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NEWS
April 8, 2016 | By Jeremy Roebuck, Staff Writer
Facing sentencing Wednesday on federal tax fraud charges, former Traffic Court Judge Michael J. Sullivan offered an unusual argument to the court: Come on, really? Yes, the judge had paid most of the staff at his family bar in South Philadelphia under the table in cash, his lawyer said. And yes, he pleaded guilty last year to failing to report $48,089 in payroll taxes over 11 years. But in a city burdened by violent crime and serious public corruption, defense attorney Henry Hockeimer asked, don't federal authorities have anything better to investigate than a neighborhood bar where employees never made more than $30 to $40 a shift?
NEWS
April 7, 2016 | By Bonnie L. Cook, Staff Writer
Judge Edmund B. Spaeth Jr., 95, the retired president judge of the Pennsylvania Superior Court and longtime crusader for fair judicial practices, died Thursday, March 31, of congestive heart failure at Cathedral Village in Philadelphia. Judge Spaeth was a widely respected trial and appellate judge for more than two decades, culminating in three years as president judge of the Pennsylvania Superior Court. He was vocal about what he saw as blatant flaws in the judiciary, particularly the practice of electing judges rather than choosing them based on merit.
NEWS
April 6, 2016
By Travis Weber Much effort on both sides of the aisle has gone into determining the ideological leanings of Judge Merrick Garland and how he would rule on the hot-button issues of the day. However, some GOP senators running for reelection are hearing far more from those opposed to Garland than from those supporting him. Why? There is an increasing "intensity gap" among voters on which president, the current one or his successor, should get to fill the vacancy left by Antonin Scalia's passing.
NEWS
April 6, 2016 | By Martha Woodall, Staff Writer
The Philadelphia School Reform Commission has come up empty in its bid to undo a recent, devastating state Supreme Court ruling that curtailed powers it thought it had. The state's top court Monday turned down the SRC's request to reconsider a ruling it handed down in February that said the commission had no power to suspend parts of the state school code. The court said that a provision about special powers in the law that led to the state takeover of the city schools in 2001 was unconstitutional.
NEWS
April 6, 2016
By Marge Baker In the last month, Republican senators have mapped out a strategy of total obstruction around the Supreme Court vacancy, flat-out refusing to do the jobs they were elected to do. If they continue along this path, it's hard to imagine that the GOP will not face serious electoral consequences in November. Senate Majority Leader Mitch McConnell (R., Ky.) shocked many when he said, just hours after Justice Antonin Scalia's death in February, that the Supreme Court vacancy should not be filled by President Obama.
BUSINESS
April 6, 2016 | By Jane M. Von Bergen, Staff Writer
Nearly 10 years ago, Delores Killingsworth Barber, then 25 and an employee at a Roosevelt Boulevard Walmart, took the witness stand in a Philadelphia courtroom and told a judge and jury that the retail giant was "stealing our time. " It got worse during the holidays, when, she testified, workers were told to "do whatever it takes to get it done, and if that meant missing your break, that's what had to be done. " Many years and boxes of legal documents later, the workers should be paid for those missed breaks.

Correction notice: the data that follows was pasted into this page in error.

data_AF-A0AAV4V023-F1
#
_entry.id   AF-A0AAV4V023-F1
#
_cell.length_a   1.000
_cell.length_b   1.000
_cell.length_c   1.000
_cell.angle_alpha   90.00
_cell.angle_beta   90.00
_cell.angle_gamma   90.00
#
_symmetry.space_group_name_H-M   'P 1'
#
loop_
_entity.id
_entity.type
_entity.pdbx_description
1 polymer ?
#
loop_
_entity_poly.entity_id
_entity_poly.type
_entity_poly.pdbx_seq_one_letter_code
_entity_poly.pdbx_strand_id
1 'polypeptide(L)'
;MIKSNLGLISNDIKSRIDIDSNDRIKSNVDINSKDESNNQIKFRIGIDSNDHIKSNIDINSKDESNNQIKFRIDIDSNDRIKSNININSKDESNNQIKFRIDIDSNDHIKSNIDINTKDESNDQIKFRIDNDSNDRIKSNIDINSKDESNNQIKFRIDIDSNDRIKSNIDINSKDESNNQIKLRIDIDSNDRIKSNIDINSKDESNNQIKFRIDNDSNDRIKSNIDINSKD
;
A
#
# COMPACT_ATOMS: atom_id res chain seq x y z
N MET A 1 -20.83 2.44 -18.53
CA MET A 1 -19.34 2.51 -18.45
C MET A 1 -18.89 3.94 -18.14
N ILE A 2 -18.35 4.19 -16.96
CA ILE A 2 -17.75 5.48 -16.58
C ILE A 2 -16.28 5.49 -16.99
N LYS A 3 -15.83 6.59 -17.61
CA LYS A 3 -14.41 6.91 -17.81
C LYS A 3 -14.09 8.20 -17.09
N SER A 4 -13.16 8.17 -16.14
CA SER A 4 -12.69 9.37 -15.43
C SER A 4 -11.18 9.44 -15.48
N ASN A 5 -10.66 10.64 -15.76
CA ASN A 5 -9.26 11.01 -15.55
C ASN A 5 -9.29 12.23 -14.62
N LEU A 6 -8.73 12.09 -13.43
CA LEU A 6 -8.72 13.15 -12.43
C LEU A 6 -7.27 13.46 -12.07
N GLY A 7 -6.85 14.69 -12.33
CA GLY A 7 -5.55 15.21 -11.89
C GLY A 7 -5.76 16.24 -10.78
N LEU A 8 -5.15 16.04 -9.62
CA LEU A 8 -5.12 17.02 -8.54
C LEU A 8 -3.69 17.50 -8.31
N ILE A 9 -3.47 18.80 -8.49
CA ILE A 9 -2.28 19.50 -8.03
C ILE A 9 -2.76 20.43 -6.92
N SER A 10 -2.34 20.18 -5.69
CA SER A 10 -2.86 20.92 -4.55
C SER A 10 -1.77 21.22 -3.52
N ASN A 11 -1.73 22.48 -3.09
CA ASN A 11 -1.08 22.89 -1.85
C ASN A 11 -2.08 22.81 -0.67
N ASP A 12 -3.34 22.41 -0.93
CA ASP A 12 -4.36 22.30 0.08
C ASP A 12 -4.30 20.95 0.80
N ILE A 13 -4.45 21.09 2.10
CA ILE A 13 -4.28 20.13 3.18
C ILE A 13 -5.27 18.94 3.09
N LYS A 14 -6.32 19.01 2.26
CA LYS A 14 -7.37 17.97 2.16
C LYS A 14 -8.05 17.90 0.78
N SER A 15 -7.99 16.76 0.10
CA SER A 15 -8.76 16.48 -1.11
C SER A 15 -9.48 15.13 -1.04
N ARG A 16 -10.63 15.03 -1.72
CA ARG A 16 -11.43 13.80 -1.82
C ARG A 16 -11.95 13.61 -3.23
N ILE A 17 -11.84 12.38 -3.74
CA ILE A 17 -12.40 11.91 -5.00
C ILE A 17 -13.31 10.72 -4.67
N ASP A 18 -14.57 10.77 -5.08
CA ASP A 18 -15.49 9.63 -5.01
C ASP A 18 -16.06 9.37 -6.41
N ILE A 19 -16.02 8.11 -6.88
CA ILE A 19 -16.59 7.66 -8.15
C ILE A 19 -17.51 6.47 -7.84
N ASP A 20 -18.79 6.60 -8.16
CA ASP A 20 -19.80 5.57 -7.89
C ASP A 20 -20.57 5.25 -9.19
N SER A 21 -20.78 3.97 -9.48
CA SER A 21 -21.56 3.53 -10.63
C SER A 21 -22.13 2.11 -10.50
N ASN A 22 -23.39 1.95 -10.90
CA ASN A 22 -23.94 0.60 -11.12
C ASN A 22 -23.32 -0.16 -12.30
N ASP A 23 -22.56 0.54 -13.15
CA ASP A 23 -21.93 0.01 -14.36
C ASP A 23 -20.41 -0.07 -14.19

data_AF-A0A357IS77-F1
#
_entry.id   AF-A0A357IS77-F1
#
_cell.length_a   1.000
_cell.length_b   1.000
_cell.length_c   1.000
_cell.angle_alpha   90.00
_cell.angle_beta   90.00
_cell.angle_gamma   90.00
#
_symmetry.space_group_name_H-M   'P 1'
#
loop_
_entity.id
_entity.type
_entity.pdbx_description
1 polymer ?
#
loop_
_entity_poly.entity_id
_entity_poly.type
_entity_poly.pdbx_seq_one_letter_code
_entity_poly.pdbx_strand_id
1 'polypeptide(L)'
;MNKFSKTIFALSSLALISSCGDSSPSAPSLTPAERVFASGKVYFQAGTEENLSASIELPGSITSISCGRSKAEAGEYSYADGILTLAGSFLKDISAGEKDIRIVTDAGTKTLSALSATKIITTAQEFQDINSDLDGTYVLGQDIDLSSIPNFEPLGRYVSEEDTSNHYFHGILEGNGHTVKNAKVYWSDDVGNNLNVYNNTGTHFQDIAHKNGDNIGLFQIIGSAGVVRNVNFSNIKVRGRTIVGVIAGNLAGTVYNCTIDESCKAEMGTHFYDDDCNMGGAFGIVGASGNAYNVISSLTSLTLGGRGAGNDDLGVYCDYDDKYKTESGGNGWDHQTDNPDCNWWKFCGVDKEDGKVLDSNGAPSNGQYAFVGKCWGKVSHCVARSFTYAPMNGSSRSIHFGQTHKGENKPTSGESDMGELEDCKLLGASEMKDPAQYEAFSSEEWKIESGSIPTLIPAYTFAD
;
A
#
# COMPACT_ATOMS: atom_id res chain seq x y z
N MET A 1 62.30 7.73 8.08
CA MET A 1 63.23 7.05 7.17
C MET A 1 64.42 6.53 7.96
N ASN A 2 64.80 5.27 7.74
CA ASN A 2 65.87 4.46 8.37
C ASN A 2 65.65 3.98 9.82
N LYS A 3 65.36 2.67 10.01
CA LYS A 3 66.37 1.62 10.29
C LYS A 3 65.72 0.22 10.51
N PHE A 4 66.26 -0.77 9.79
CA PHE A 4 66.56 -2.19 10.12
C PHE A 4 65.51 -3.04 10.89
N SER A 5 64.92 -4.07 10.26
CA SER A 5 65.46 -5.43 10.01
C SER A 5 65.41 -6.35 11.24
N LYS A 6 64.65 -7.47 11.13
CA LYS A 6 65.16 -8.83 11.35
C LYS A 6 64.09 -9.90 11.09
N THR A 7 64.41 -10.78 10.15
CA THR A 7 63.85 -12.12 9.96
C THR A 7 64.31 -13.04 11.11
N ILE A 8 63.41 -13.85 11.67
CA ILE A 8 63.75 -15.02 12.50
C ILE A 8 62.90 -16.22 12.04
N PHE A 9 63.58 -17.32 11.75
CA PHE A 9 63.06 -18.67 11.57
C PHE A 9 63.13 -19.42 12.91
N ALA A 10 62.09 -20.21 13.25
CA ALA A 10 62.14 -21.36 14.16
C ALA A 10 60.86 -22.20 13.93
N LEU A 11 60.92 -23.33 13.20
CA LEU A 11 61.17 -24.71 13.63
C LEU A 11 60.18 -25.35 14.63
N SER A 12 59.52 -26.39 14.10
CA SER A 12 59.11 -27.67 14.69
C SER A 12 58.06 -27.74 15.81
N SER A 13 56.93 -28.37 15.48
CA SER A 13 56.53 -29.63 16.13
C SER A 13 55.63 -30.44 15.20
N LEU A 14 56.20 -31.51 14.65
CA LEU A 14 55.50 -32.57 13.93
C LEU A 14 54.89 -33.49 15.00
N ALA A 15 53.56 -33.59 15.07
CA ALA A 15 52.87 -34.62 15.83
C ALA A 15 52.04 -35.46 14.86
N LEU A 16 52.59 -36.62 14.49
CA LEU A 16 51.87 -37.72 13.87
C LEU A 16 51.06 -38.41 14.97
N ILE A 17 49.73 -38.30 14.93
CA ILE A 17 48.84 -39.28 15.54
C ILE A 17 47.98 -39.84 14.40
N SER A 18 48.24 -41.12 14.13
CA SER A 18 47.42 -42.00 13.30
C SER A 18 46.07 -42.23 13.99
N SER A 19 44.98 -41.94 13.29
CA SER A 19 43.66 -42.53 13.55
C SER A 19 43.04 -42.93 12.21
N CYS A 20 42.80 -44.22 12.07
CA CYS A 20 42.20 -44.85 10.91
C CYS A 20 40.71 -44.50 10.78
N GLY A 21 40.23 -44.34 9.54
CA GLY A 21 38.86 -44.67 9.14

NEWS
April 5, 2016 | Patricia Madej, Staff Writer
It hasn't even been two years since the Philadelphia Courts reinstituted a crackdown on jury no-shows and it's already back to the drawing board. Juror Scofflaw Court - designed to make an example of people who ignored their summons to jury duty by bringing them into court anyway - is no longer being used because it's just too costly to run and there aren't enough resources, said Jury Commissioner Daniel Rendine. "It was unfortunate, but we gave it a shot, but it didn't bode well for the long run," he said.
NEWS
April 2, 2016 | By Michael Boren, Staff Writer
The attorney for David "D.J. " Creato Jr., the Haddon Township father charged with killing his 3-year-old son, Brendan, filed motions in court Thursday to prevent prosecutors from using Creato's statement to investigators as evidence, and to have the indictment against his client dismissed. The motions suggest Creato, 22, who was indicted by a grand jury on charges of murder and endangering the welfare of a child, was not read his rights or told he was a suspect when he willingly spoke to investigators in the days after Brendan's body was found.
NEWS
April 1, 2016 | By Jane M. Von Bergen, Staff Writer
Longtime labor leader Henry Nicholas breathed a sigh of relief Tuesday, when the U.S. Supreme Court deadlocked, thereby retaining public unions' abilities to collect mandatory fees in many states, including Pennsylvania and New Jersey. It was a sigh, but not a deep one. Waiting to exhale might be a better description - for both unions and their management foes, as they shift their focus from the legal landscape to the political. "The next president of the U.S. will appoint four judges for life," said Nicholas, president of the National Union of Hospital and Healthcare Employees District 1199C.
NEWS
April 1, 2016
ISSUE | SUPREME COURT Judicial jousting Touché, obstructionists. Well-played, Supreme Court. It appears that the Supreme Court will use its calendar as its check and balance against the U.S. Senate. Tuesday's 4-4 split over a California woman's lawsuit to strike down mandatory union fees clearly spanked the Republican obstructionists for shirking their duty to vet President Obama's nominee to the Supreme Court as required by law ("Vacant seat lets unions prevail," Wednesday)
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